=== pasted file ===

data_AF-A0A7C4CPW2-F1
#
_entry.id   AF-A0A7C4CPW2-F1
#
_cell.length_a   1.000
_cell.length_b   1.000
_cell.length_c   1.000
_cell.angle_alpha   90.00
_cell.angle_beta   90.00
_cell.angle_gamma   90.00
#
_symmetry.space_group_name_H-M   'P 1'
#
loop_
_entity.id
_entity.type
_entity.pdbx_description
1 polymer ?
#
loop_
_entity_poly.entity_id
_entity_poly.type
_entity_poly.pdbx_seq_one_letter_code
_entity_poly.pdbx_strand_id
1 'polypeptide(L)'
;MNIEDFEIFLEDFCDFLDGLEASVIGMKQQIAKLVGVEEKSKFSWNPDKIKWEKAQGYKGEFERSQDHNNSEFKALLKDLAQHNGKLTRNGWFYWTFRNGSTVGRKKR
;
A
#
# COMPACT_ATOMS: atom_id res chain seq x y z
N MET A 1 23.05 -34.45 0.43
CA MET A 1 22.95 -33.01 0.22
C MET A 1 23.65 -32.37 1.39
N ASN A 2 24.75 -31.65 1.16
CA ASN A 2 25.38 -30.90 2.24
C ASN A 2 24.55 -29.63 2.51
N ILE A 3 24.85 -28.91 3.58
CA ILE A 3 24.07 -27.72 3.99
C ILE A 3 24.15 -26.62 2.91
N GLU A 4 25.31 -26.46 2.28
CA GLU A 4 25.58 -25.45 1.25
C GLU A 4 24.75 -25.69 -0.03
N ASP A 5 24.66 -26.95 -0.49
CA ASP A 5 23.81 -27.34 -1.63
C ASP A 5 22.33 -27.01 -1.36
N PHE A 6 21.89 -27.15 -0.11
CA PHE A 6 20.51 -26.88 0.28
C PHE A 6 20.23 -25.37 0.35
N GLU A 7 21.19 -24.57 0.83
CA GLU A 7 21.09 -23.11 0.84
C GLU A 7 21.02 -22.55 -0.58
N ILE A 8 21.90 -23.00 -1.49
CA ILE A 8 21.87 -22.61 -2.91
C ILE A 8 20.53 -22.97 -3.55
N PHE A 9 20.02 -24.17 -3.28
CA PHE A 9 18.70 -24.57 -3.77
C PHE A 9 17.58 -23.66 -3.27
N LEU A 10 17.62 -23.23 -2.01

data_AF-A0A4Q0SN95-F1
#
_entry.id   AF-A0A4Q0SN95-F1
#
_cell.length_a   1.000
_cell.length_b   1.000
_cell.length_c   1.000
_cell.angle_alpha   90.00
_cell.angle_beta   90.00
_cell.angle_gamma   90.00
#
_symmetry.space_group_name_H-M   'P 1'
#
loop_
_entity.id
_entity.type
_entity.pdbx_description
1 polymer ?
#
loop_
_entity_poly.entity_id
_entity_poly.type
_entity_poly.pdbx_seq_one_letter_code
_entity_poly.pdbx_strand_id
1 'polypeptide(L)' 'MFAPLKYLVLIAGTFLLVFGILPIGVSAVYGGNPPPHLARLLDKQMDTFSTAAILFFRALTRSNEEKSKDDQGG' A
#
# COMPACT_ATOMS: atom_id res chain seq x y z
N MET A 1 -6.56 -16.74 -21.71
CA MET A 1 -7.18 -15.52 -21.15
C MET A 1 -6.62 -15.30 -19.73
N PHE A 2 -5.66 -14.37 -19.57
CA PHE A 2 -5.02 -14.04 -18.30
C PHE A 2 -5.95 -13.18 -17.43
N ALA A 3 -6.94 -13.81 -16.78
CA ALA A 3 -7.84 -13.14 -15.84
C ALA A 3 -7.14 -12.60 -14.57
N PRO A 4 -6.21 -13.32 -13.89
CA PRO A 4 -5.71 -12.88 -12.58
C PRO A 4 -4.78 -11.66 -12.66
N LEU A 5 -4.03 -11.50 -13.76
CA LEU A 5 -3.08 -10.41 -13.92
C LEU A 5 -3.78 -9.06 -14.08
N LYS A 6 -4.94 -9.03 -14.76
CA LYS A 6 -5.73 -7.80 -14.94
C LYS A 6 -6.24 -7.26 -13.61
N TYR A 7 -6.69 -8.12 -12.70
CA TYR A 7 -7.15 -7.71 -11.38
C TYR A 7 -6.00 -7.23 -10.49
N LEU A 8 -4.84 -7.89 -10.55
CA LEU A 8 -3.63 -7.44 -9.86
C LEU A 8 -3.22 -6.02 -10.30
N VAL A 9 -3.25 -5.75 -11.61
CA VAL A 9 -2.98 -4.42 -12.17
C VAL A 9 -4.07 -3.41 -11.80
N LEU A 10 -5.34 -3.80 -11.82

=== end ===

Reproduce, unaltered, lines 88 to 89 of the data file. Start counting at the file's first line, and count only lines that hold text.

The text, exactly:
C MET A 1 -6.62 -15.30 -19.73
N PHE A 2 -5.66 -14.37 -19.57